Jillian C. York

Jillian C. York is a writer and activist.

An Open Letter to Sarah Palin

Dear Ms. Palin,

Last week, when I first learned that John McCain had selected a woman as his running mate, I admit that I was excited.  Although I decided a long time ago that I was voting for Barack Obama, I have respected John McCain since his first attempt to run for president and at first thought that his selection of you as running mate was somehow a sign that the Republican Party was moving forward.

Boy, was I wrong.

First of all, I would like to apologize in advance for yet again dragging your pregnant teenage daughter, Bristol, into the spotlight.  This is undoubtedly a painful and embarrassing time for her, and what she needs right now is privacy and the love and attention of her family.

That said, I simply can’t ignore what her pregnancy represents.  She is a living symbol of why your belief in abstinence-only education is in fact out of touch with the reality of Middle America.

Do you know, Ms. Palin, which American states have the highest teen pregnancy rates?  I do.  As of 2004, the following states had the highest rates of pregnancy within the 15-19 year old age group:

  1. Nevada
  2. Arizona
  3. Mississippi
  4. New Mexico
  5. Texas
  6. Florida
  7. California
  8. Georgia
  9. North Carolina
  10. Arkansas

Out of those 10 states, two (Texas and North Carolina) are staunchly red, electing Republican candidates in the past four elections.  Seven others lie somewhere in the middle.  California stands as the lone blue state in the top ten states for teen pregnancy.

The majority of U.S. states leave the decision of whether or not to teach sex education up to the school district; unfortunately, many of those school districts opt for not, or instead disseminate inaccurate information.  Arizona (#2), for example, has been accused of teaching biased and outdated information on pregnancy and sexually transmitted infections. In Mississippi (#3), it’s a requirement that abstinence-only education be taught (however, it is not required that birth control methods be explained at all).  Georgia (#8) actually requires that sexuality be taught, however, abstinence must be stressed and birth control education is not required. Several of the other states don’t require that sex education be taught at all; those that do are only required to teach sexuality, with an emphasis on abstinence.  Overall, one third of secondary schools in the United States avoid teaching sex education entirely.

$1.3 billion has been spent on abstinence-only education programs, but Ms. Palin, I’m having a hard time seeing how these programs work.  As I’ve shown you (and as you probably already know, being such a staunch supporter), those very states that have failed to educate their youth about sex are the same states you are pandering to.  Those states are the most likely to vote for you, despite the fact that another Republican presidency is bound to produce more babies amongst their teenage children.

Abortion needn’t even enter the discussion here, Ms. Palin; although I’m pro-choice, I understand where you’re coming from and respect your beliefs about life. What I do not – and will never – respect is your ignorance toward what average Americans really need. What they need is education about sex so that their daughters don’t end up in the same predicament as yours.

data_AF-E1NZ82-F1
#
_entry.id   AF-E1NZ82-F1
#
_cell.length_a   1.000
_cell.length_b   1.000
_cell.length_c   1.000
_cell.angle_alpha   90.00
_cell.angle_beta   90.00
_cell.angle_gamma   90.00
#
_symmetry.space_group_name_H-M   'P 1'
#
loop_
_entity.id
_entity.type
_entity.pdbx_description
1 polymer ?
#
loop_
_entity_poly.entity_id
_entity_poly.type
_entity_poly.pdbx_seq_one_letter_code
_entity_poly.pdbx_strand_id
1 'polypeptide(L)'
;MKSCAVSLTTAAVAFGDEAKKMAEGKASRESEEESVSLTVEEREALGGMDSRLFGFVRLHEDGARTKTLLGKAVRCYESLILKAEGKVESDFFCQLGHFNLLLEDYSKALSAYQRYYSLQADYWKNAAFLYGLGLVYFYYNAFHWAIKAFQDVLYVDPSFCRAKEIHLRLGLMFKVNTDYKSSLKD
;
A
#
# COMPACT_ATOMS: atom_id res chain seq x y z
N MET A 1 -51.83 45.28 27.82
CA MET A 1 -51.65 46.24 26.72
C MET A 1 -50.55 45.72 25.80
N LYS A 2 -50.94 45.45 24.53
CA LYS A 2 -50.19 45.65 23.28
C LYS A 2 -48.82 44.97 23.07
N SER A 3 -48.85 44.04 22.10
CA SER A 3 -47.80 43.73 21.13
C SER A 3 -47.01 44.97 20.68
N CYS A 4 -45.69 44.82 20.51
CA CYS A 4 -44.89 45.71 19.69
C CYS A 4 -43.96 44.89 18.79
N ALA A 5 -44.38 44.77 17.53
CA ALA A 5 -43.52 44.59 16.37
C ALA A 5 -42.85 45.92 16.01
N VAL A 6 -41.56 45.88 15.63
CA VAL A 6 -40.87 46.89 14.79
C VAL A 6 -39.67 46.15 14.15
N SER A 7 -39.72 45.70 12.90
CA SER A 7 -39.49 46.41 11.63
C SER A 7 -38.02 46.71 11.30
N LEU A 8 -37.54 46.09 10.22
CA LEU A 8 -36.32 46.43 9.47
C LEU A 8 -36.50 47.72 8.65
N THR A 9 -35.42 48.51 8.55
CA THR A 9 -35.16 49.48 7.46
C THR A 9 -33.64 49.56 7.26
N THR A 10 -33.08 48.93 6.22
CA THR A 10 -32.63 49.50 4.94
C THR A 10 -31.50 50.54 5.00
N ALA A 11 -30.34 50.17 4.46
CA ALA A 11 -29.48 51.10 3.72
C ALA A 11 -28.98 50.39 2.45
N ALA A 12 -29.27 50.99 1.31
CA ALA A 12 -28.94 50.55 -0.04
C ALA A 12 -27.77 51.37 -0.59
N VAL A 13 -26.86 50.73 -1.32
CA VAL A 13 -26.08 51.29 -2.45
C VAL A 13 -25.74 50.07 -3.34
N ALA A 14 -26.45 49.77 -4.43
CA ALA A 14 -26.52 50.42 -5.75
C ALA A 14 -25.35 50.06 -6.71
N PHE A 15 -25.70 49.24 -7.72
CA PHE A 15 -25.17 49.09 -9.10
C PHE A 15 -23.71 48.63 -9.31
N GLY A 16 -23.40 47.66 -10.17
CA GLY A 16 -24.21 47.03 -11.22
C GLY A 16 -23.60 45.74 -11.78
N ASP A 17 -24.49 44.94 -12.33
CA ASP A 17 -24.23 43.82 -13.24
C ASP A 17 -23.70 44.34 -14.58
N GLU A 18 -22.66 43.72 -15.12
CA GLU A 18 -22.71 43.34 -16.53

5 Comments

  1. Right on. Sorry to go a bit on a tangent but imagine that this is the same kind of programs that are financed by PEPFAR in ssAfrica in the HIV prevention fields.
    And then they wonder why all the money invested by PEPFAR is not paying more dividend.
    Measurements by any agencies worldwide (WHO, Gates foundation etc) showed that abstinence programs just don’t work.
    again sorry for the tangent.

  2. Lova,

    Totally not a tangent, don’t apologize! Bush’s Global Gag rule breaks my heart, as does PEPFAR’s lack of responsibility when it comes to women. The fact that they won’t work with sex workers is just sad…those women, regardless of why they’re doing the work they do, deserve the same attention and knowledge as anyone else; the fact that Bush/Republicans don’t care about the rest of society speaks volumes.

  3. That last paragraph is perfect. I understand where pro-life is coming from. But what I don’t get is why they believe taking the hush hush stance towards teaching everything an educated person should know about sex before they make the decision of whether or not to have it.

    It seems as though they believe that if all you teach is abstinence only, then the only understanding of sex that teens will have is not to have it. Which in the reality we currently live in, couldn’t be farther from the truth.

    The reality of it is that having sex is a personal choice. Some will feel abstinence is right for them and some won’t. So put it all on the table. Lets be honest about what sex is in the 21st century and how to go about it responsibly.

  4. Err, what I wonder is why didn’t she teach abstinence to her girl? What she couldn’t implement at her home, how can she talk about implementing it anywhere else? And how can people believe her?

  5. @Myke and @Amit – EXACTLY.

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